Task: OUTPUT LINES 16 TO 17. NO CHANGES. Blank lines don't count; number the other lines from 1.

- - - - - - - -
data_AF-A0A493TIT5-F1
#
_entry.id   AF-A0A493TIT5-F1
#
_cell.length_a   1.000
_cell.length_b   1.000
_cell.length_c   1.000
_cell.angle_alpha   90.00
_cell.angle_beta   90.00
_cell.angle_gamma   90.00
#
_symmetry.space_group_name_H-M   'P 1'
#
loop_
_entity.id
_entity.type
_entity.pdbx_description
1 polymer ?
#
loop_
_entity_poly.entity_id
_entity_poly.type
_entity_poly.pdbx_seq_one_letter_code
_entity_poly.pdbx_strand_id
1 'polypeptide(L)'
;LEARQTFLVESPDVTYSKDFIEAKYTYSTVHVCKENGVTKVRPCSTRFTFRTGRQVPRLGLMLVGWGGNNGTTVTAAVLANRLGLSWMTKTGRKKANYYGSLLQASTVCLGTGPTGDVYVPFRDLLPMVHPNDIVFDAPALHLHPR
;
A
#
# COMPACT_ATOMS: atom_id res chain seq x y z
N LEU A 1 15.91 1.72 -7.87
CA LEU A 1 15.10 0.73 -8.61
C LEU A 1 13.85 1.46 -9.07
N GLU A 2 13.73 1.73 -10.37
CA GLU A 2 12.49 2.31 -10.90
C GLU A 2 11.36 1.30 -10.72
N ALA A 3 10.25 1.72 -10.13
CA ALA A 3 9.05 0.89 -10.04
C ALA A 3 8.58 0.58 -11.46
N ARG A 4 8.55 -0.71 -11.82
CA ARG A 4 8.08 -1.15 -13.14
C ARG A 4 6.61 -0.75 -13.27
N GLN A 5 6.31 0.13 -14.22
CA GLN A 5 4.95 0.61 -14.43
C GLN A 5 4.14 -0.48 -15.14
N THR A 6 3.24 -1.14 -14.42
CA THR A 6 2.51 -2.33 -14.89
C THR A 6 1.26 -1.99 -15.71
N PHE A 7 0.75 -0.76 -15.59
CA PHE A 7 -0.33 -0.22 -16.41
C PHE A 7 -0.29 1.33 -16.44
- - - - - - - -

_entity.type
_entity.pdbx_description